By Naomi Serviss / New York City
Since when did it become harder
to adopt a dog
than to score Music Man tickets?
Droves of angsty quarantined folk
sought four-legged companionship
to cope last year.
A tidal wave of applications
and personal references
swamped adoption agencies.
Some asked for multiple references,
a vet’s stats, your college GPA
and your firstborn.
City pounds were less stringent.
Too bad their websites
were not user-friendly.
They had more pit-mixes
than wee apartment pups,
all the rage
in New York City’s space-desert.
I understand the importance
of vetting wannabe pup parents.
But is it really necessary
to submit a video of your living space?
Is this theater of the absurd?
Or a voyeur’s thrill?
a clearinghouse for multiple organizations,
is a marketing whiz.
So website hounds (clears throat)
are privy to available dog photos,
profiles and links to yet more agencies
hoping to clear their shelters.
Other worthy groups including
Rescue Dogs Rock, Waldo’s Rescue,
Bide-A-Wee et al,
experienced Internet traffic booms
during those initial lonely days
in the spring of 2020.
How do I know this?
I was merely checking for a friend.
Ever since hounding Central Park dogs
for iPhone snaps,
I’ve been designated
the Puparazzi of Central Park.
It was win/win!
I could admire all the friendly pups
without dealing with the expense,
dog poop duty, and training needed
for a full-time commitment.
So my close encounters of the furry kind
began and ended
with my daily morning Central Park walk
among the four-leggeds.
longed for another rescue
ever since we moved to the city
a dozen years ago.
The two mutts we had saved in the past
were basic brown dog treasures.
Rescued from the no-frills, last-hope
Huntington Dog Pound on Long Island.
Especially Maggie, who had us for 15 years
and grew up with our kids.
She was irreplaceable,
with the sweetest disposition
of any animal I’ve encountered.
My husband was versus
having any size dog
for our 750-square foot apartment.
Lew prefers his dogs
medium-sized and grateful.
So it goes.
On my morning walks I became obsessed
with regally, aesthetically perfect Barry,
a 150-pound Bernese Mountain Dog.
He reminded me of Scout,
my childhood friend Susie’s
gorgeous Golden Retriever.
Scout was laid-back and huge.
He had the run of the estate.
By “run,” I mean slowly amble.
Barry loved lounging on my foot,
leaning in with his massive bulk.
No matter that he outweighed me,
it felt comforting
to have a massive good-natured, fur creature
who tolerated my candid photo-taking.
Fortunately, his owners know he was top choice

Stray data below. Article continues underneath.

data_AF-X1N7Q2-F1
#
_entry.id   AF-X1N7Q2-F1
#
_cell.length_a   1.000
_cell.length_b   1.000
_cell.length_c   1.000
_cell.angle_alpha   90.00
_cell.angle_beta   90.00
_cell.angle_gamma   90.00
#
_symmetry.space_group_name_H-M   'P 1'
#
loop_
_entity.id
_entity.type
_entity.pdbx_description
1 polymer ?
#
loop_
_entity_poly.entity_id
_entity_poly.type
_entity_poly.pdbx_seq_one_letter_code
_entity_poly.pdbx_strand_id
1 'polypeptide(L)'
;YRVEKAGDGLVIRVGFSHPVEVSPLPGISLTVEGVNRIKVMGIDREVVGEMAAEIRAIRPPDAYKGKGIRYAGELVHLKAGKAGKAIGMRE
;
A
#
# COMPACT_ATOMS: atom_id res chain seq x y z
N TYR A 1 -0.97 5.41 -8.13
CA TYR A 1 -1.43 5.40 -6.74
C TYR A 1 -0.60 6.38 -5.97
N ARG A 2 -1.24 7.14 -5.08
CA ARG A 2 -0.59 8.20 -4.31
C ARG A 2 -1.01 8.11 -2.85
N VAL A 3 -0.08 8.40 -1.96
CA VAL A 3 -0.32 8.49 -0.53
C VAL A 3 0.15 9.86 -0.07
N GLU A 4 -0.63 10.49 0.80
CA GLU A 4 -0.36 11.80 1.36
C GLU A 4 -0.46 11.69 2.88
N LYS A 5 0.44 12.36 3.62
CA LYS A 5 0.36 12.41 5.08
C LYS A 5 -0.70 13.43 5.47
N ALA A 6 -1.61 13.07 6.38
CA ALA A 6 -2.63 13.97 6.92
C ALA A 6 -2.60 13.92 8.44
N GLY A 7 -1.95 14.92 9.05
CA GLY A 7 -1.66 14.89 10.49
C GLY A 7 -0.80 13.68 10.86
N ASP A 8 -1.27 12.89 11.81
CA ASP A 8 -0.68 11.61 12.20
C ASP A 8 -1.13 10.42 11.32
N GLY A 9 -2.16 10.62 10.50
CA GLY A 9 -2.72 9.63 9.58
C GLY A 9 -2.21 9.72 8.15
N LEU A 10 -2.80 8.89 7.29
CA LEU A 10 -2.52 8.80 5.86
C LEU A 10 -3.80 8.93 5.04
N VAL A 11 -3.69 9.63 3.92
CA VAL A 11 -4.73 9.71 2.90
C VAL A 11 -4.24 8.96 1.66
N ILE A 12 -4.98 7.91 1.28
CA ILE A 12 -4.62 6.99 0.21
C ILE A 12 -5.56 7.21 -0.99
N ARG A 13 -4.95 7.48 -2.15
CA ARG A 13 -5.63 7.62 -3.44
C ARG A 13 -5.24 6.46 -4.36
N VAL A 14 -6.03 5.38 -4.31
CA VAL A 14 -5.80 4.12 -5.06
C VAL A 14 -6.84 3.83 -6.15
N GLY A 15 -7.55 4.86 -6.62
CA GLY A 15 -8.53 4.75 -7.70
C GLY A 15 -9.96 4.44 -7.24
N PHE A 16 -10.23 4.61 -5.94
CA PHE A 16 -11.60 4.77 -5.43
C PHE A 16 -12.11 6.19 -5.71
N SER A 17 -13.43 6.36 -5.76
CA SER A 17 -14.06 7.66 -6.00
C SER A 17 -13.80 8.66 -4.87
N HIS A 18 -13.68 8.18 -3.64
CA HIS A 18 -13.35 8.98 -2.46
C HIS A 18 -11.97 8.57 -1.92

among the other Central Park Berns.
Barry has no peer.
Tricolored, perfectly symmetrical
in black, brown and white, he’s stunning.
He could also be goofy, like me.
Barry was my dream dog.
Months later, I somehow found myself
trawling Petfinder for potential sidekicks.
I got hooked.
I went all in, applying willy-nilly
to every local agency,
knowing my chances were remote.
Then, miracle of miracles, Lew came on board.
It might have had something to do
with our kids’ thunderous encouragement.
Or my relentless whining and pining.
Nevertheless, the important thing
Is that he saw the wisdom
in maintaining good relations.
He caved, but I still didn’t
pass muster with the agencies.
My friend Janice, another devoted pet lover,
felt my pain after fruitless applications.
She asked if I had tried
New York City’s Humane Society.
As Homer Simpson would say, “D’oh!”
She set me straight
as to what an amazing agency it is.
It’s where she found her forever friend!
So, I got back on the horse,
so to speak and applied.
By that time,
a small basic brown dog
seemed beyond my reach.
I just never considered other hues.
I wasn’t vehemently opposed
to shades of grey or black,
but I didn’t ever want to be owned
by a white dog.
Like wearing a white T-shirt,
I’d worry about keeping it spotless.
That being said, my application was in process.
Whatever that meant.
Admittedly, it didn’t hurt having
Janice as a reference, especially since
she had adopted from them 11 years ago.
I spoke to Sandra, the executive director
who empathized with my small pup hunt.
Just so happened that a nine-pound two-year-old,
full-grown lass might be the one!
Being summoned to meet outside
the Upper East Side location
was nerve-wracking and new-baby-exciting.
Twenty minutes later,
Sandra emerged carrying
a small, fluffy white dog named Petunia.
I was smitten with Petunia,
a mirthful bundle of squirmy joy
who stole a piece of my heart.
Sandra said think about it and discuss with Lew.
I wondered how many other people
were being considered
for this apartment-friendly dog?
I wanted to project earnestness,
so I agreed,
petting Petunia one last time.
Her gregarious nature
and floofy hair (not fur)
recalled the raspy-voiced,
late rock star
whose rendition of “Me and Bobby McGee”
is tops in my heart.
I had never considered
a mini or toy variety before.
But post-foot surgery,
handling a medium-sized dog
was out of the equation.
I was cautiously optimistic, and realistic.
But my friend Janice had a hunch
my luck was about to turn.
A confluence of coincidences
was hard to dismiss.
Petunia was Lew’s pet name
for our daughter Emmy.
Janis was my late sister Rachel’s middle name.
It’s also a maternal family name.
Janis Joplin is one of my favorite rockers.
My friend of 20 years, Janice,
directed me to the Humane Society.
The fates were kind and the stars were aligned.
A week later, on my birthday, no less…
Welcome, Janis Joplin Petunia Serviss!
It’s going to be a very good year.
Naomi Serviss is a New York-based award-winning journalist whose work has been published in The New York Times, Newsday, The Philadelphia Inquirer, Highroads (AAA magazine), in-flight publications, spa and travel magazines and websites, including BroadwayWorld.com